Elliot Lum, VP, Strategic Marketing at Columbia Records division of Sony Music. Elliot Lum has championed research that underscores how a Boomer who went to Woodstock can be as passionate as a 25 year old who regularly downloads. The Sony Music Segmentation Study underscores trends in brand consumption, demographic information, media habits, and music behavior and attitudes among 31,000 customers in 20+ countries. Although music is often first identified with a particular age group or generation, Fanatics, Enthusiasts, Casuals, and Indifferents may better define a relationship with music—no matter the demographic.

In addition, The Internationalist, in collaboration with research company MavenMagnet, analyzed Millennial and Baby Boomer purchase attitudes using big social data. MavenMagnet’s Conversation Research(TM) methodology gained insights from thousands of consumer conversations via dynamic sources of information including blogs, communities, news, forums and social networks over 12 months (June 2013 to May 2014).

Both Millennials and Boomers agree that value for money (vs. cost alone) is the most important factor in a purchase decision. One area where they differed significantly is that Boomers are “INSIDE-OUT” skewed, while Millennials are predominantly “OUTSIDE-IN.” Boomers are more driven by shared values than Millennials, who are more concerned about social appeal.

Aside from common turf on value and quality, Boomers give greatest importance to benefits like personal relevance and individuality-- reflecting inner-directed values. Conversely, Millennials rate social conformance twice as highly as Boomers do. “Fitting-in” is important for Millennials – be it in college, society or when they move into the workplace. Many of their choices are driven by what is considered “right by others.” Boomers are a lot more comfortable with who they are-- they don’t look for social approval. Individuality is important to them and their purchase decisions may or may not conform to social trends.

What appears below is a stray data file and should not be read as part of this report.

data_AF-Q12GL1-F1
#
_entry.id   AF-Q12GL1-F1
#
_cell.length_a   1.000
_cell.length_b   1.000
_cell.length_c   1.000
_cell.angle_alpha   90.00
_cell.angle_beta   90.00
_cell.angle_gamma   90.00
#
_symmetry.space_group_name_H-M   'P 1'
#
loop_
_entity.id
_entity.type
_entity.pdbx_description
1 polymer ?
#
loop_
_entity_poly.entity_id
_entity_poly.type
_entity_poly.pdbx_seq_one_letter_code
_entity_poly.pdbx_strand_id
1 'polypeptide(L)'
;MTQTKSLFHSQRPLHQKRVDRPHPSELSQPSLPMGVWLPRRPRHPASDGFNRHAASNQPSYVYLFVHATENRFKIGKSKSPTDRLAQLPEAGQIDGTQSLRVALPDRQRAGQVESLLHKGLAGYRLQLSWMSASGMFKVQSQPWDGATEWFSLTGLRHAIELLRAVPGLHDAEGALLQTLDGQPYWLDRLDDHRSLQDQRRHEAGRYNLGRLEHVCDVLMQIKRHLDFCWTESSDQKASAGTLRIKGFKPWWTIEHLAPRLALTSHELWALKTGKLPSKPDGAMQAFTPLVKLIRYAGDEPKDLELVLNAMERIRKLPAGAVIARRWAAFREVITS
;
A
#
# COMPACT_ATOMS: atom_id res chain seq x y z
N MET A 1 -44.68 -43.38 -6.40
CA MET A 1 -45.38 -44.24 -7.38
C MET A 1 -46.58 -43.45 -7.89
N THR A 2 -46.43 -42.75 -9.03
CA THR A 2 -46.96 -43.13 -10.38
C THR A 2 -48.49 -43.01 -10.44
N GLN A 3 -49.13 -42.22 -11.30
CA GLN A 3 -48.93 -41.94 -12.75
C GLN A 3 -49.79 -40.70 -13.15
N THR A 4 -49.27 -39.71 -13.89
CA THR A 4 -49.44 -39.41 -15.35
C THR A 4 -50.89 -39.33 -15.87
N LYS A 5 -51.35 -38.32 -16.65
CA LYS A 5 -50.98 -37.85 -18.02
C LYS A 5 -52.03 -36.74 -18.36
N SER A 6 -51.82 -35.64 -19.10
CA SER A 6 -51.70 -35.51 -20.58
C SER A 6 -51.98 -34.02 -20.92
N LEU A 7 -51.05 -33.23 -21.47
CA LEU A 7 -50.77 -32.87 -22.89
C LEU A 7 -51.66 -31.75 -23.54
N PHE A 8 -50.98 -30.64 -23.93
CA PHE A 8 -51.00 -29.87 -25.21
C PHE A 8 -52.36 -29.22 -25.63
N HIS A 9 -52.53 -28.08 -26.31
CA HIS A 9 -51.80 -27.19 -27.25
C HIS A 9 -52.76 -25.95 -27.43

Held at New York’s Sony Club, and hosted by BBC World News, BrightRoll, Elateral, Financial Times, MediaCom, Reuters, Vertic and The Yomiuri Shimbun, marketing executives from leading brands from around the world were present, including: Acision, American Express, AT&T, AJC, Bloomingdale’s, Boiron, Capital One, Educational Testing Service, Finnair, Gilt Groupe, IBM, IMAN Cosmetics, Johnson & Johnson, Major League Soccer, MINI, NBA, Netherlands Board of Tourism & Conventions, NYC & Company, PepsiCo, Pfizer, Six Flags Entertainment, Sony, Teach for America, The Hartford, US Postal Service, UnitedHealthcare, Verizon Wireless, Visit Britain, and Weight Watchers International.